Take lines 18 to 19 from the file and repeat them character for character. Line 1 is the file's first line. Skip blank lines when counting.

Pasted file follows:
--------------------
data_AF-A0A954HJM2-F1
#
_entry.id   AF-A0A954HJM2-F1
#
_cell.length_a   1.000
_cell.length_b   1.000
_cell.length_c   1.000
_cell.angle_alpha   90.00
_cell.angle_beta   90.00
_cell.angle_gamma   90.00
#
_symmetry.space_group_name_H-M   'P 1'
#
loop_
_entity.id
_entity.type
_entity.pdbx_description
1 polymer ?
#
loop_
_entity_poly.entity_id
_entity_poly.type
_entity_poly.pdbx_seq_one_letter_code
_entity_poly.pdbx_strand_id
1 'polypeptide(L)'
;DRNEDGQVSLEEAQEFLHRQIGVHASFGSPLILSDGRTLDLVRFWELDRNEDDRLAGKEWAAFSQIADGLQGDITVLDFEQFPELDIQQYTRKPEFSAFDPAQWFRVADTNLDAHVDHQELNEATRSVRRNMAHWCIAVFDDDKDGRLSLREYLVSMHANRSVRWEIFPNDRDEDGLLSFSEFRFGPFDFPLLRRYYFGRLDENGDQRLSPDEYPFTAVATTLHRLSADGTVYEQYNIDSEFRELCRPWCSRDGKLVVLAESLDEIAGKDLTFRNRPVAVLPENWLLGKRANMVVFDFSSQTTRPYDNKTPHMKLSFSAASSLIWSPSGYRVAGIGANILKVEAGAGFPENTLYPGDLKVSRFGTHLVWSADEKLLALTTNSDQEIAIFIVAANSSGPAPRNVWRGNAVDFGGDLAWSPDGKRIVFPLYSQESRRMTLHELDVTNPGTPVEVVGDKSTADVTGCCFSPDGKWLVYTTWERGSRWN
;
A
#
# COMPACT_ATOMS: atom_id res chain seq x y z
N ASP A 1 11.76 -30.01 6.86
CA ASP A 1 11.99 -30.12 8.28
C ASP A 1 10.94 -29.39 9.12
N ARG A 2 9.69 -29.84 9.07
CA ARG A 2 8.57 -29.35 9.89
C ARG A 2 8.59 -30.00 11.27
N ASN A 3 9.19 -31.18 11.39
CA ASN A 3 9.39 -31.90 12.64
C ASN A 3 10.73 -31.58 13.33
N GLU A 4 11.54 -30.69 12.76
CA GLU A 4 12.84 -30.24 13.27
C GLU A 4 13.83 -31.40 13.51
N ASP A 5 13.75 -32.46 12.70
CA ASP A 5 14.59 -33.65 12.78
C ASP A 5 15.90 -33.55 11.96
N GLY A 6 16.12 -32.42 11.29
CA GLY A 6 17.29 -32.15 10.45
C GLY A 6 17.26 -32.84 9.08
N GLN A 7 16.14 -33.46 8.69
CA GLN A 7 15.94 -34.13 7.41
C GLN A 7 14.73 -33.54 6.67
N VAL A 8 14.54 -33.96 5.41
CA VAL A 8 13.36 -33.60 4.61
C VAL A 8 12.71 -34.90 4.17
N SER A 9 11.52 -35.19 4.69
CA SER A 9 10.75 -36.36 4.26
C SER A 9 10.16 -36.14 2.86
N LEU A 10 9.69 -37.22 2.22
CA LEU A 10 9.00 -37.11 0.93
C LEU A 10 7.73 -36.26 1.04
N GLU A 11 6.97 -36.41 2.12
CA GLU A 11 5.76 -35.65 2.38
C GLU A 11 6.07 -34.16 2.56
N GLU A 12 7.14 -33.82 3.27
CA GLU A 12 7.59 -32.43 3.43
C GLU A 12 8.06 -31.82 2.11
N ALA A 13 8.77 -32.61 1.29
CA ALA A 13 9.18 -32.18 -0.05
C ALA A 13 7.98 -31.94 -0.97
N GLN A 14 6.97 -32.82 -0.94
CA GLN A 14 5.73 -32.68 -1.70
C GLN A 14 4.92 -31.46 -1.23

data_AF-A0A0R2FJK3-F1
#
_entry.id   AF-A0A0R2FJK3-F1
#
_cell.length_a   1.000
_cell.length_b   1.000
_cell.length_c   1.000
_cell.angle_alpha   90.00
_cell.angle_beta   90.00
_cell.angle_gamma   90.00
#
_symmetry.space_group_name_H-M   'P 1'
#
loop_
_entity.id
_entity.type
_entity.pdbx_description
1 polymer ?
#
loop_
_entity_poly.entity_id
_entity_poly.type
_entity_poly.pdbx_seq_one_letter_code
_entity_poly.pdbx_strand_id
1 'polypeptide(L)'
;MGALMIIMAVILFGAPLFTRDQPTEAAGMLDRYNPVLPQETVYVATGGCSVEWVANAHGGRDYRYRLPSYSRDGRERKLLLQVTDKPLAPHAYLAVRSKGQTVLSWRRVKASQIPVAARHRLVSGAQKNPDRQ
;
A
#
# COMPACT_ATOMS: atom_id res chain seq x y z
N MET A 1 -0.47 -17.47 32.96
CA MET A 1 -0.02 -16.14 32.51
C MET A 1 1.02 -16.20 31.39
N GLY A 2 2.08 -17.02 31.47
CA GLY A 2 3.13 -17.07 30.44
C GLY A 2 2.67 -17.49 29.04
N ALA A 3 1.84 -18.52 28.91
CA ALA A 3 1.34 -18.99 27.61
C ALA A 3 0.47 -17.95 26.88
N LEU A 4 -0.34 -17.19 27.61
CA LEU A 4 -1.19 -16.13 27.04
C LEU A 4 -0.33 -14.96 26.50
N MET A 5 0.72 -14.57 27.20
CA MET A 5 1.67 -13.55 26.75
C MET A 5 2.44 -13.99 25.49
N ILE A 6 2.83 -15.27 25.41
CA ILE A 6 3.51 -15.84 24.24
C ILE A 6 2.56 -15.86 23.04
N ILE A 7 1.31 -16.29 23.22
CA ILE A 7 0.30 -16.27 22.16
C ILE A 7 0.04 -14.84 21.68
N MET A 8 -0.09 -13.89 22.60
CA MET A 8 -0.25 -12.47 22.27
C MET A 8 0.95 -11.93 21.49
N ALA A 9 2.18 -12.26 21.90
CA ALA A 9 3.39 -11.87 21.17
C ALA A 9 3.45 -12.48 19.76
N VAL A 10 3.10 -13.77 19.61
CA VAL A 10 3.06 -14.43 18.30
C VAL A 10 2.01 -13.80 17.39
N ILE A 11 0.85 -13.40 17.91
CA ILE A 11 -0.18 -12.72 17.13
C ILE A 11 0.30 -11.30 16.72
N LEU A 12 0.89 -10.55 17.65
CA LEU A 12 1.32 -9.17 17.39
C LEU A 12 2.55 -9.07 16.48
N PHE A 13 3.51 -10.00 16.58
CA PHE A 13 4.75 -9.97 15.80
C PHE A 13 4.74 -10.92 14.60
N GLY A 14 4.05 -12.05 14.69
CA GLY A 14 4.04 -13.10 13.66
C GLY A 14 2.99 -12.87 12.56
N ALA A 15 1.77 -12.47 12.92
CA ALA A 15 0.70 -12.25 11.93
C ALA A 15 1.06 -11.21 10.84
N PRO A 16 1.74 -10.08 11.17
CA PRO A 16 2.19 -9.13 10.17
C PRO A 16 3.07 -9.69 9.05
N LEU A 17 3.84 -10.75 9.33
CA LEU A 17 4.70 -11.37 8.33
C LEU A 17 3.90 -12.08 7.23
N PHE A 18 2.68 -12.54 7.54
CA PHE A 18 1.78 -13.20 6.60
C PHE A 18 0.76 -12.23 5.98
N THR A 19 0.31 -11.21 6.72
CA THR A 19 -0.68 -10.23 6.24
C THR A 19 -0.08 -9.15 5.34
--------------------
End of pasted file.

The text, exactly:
1 polymer ?
#